Too much is at stake for us to allow for wishful thinking and devote our nation’s destiny in personal morality alone. To expect opportunistic candidates not to split votes, to expect the election commission to be impartial in discharging their duties or to expect corrupt candidates not to betray their constituencies – how different is that from expecting an absolute monarch of the thirteenth century to refrain himself out of his own freewill from plundering the state treasury or tyrannize his subjects? The rakyat’s ‘will’ to change alone is not enough if we do not have the ‘means’ to deliver and maintain the fruit of such changes.
After completing the initial heated phase of every popular revolution – heightening of the rakyat’s ‘will’ through their awareness, freedom of expression, shouting slogans and demonstrations on the streets, the actual success of revolutions very often depend on the second phase, which is implementing the correct ‘means’ of maintaining the fruits of revolution. This involves going back to the drawing-board with a cool head to find a better formula or electing the new system of government and future transition of power. So many revolutions have failed miserably simply because the new governments themselves transformed into new tyrants.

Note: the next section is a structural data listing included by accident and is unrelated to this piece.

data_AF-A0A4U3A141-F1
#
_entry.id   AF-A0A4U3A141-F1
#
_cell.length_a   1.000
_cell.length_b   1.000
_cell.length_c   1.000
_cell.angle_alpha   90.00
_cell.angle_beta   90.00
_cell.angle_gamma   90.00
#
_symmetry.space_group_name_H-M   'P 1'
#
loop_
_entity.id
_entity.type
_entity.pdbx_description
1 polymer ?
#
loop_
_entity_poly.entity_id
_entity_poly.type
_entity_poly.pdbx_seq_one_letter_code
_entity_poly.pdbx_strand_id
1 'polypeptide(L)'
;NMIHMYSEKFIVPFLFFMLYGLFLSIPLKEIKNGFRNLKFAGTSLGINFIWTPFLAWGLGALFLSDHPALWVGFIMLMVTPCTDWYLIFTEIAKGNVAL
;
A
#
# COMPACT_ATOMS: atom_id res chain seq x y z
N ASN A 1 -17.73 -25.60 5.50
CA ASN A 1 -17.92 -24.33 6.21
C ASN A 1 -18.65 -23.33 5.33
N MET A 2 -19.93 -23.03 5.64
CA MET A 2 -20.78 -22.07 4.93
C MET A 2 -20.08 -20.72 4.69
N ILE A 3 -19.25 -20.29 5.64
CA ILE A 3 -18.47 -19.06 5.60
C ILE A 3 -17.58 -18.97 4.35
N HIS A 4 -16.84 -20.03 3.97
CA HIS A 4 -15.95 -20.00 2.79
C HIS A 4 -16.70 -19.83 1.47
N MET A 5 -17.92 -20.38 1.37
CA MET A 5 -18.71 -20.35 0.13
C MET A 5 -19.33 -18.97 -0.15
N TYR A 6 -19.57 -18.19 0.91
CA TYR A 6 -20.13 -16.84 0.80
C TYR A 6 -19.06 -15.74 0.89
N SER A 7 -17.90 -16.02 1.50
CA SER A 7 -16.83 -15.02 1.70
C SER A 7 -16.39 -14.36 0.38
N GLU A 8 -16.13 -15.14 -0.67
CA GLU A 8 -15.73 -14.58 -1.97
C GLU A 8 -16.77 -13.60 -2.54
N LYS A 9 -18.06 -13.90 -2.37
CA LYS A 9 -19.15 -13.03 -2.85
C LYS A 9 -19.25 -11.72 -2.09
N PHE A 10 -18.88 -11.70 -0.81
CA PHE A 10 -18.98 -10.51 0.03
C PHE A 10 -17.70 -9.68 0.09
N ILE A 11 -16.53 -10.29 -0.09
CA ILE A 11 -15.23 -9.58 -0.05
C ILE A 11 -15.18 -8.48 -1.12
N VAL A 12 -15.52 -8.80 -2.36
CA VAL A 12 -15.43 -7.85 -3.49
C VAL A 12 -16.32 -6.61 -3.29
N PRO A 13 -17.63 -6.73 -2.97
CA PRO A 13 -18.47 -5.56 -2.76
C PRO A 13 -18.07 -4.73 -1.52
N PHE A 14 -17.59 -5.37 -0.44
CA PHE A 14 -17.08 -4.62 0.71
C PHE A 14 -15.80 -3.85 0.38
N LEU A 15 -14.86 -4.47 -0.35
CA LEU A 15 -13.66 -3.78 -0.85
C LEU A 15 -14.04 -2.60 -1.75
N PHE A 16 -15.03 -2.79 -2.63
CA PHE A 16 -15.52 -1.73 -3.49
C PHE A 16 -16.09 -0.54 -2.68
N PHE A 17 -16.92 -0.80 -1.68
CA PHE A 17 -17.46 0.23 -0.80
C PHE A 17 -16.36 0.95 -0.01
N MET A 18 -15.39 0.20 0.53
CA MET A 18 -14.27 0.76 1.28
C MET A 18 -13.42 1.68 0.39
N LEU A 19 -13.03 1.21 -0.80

The whole point of having a democracy, parliamentary representation and constitution in the first place is to put in place a system designed and calculated carefully to check human fallacies and excesses. The same goes for the electoral process which should mathematically maximize representation of our rakyat in the law-making process. A well-calculated system can reduce institutional flaws and minimize damage caused by failures of morality.
In a country as demographically and geographically diverse as Malaysia, or for that matter Sarawak, to confine ourselves to a voting system where the winner takes all may still leave us with much room for improvement.
Wee Wui Kiat believes that hypocrisy is a weapon of mass destruction more dangerous to human civilisation than nuclear weapons.